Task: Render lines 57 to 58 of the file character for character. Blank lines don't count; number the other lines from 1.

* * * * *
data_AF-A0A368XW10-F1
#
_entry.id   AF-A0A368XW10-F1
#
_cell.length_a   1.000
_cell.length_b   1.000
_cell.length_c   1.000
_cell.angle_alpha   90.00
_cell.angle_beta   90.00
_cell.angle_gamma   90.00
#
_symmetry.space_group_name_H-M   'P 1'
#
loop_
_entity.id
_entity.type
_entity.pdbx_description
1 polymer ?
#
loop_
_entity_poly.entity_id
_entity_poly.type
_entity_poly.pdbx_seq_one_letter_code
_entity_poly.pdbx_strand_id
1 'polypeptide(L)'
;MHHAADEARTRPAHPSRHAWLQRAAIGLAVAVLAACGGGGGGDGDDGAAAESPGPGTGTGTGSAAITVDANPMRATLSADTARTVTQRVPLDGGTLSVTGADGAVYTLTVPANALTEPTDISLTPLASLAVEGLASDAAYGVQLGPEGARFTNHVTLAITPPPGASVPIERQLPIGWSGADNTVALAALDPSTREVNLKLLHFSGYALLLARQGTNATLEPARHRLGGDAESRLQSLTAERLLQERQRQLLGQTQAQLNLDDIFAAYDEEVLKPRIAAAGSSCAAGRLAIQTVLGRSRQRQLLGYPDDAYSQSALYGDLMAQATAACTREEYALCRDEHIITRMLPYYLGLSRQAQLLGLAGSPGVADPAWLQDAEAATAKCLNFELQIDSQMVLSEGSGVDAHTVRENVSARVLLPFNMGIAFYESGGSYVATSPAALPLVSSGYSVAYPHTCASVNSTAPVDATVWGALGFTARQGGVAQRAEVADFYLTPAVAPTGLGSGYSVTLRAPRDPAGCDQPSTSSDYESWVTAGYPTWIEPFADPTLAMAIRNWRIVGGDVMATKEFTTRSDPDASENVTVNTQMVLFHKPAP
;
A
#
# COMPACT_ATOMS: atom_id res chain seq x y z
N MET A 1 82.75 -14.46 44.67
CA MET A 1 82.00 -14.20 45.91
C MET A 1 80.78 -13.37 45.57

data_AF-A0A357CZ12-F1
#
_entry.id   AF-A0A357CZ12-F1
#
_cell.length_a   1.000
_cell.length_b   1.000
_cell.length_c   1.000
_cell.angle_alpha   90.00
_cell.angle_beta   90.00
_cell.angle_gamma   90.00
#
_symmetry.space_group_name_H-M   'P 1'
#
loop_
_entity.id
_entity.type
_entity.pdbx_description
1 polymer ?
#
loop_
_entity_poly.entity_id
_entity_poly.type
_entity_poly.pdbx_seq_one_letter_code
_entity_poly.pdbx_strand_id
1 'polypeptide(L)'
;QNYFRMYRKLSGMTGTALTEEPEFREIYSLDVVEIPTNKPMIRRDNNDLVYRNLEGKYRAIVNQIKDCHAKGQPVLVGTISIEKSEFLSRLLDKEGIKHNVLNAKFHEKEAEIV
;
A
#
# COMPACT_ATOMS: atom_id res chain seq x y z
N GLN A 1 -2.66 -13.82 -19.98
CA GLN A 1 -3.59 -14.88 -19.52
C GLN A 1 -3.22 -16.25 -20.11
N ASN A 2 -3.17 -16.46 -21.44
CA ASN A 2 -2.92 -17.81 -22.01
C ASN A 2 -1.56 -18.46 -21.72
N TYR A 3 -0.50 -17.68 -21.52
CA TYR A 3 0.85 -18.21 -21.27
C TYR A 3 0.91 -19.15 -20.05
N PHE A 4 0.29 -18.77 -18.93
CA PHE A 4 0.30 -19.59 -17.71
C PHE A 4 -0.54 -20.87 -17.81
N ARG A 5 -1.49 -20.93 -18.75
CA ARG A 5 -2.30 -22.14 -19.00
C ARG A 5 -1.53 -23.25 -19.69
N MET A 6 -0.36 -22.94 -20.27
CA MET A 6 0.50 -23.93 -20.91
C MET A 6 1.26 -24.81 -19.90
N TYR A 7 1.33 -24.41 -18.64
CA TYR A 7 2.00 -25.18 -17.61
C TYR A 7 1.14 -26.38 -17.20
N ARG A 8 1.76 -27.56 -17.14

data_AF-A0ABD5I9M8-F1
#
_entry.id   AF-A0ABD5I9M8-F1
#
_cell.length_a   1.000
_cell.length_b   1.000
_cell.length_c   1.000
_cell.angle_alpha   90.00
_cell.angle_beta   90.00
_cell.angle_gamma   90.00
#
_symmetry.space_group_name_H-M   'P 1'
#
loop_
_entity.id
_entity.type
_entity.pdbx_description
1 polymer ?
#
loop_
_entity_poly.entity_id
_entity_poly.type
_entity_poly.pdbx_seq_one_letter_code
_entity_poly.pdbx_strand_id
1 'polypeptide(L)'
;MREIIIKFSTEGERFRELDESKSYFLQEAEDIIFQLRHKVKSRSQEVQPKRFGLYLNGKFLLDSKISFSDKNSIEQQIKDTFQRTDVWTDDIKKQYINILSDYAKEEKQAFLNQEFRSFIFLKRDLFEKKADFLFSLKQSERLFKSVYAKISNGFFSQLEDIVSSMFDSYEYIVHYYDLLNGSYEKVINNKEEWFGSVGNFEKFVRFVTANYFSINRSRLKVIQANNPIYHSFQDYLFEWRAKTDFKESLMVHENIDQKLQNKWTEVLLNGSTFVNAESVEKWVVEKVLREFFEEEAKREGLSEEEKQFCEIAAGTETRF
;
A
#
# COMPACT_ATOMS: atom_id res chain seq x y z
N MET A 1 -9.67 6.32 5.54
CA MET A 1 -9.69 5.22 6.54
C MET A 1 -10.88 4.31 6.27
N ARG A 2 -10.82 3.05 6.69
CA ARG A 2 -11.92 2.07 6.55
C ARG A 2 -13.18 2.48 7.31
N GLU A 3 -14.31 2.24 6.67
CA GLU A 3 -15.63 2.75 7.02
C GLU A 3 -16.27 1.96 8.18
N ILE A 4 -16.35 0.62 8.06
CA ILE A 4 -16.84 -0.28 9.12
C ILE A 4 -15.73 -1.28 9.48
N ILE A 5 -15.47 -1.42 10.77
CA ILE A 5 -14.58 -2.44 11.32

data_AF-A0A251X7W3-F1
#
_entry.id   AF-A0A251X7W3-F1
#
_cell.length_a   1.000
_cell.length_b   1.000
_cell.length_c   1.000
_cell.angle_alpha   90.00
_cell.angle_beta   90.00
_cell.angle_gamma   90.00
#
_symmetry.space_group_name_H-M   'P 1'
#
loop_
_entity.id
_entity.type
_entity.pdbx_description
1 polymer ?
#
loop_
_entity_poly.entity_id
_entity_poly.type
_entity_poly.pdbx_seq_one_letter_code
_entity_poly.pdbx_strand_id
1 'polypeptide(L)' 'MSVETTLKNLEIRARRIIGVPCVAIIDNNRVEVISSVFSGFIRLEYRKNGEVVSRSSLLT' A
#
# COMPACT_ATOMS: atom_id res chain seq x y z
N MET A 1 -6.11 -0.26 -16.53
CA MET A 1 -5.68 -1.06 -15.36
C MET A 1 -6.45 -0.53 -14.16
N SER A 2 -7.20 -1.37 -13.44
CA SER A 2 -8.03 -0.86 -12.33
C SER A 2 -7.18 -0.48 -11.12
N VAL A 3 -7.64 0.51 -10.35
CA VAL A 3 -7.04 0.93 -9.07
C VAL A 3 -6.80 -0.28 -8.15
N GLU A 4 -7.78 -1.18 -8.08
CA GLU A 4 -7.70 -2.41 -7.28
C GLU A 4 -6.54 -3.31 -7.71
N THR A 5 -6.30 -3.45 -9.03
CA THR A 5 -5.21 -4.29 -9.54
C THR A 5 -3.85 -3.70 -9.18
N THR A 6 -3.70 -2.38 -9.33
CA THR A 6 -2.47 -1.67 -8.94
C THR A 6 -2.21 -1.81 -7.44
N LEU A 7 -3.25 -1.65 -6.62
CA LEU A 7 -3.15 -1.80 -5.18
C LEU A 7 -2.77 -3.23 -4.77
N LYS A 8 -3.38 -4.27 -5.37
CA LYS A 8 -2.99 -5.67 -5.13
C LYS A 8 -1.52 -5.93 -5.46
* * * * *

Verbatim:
_entity_poly.pdbx_strand_id
1 'polypeptide(L)'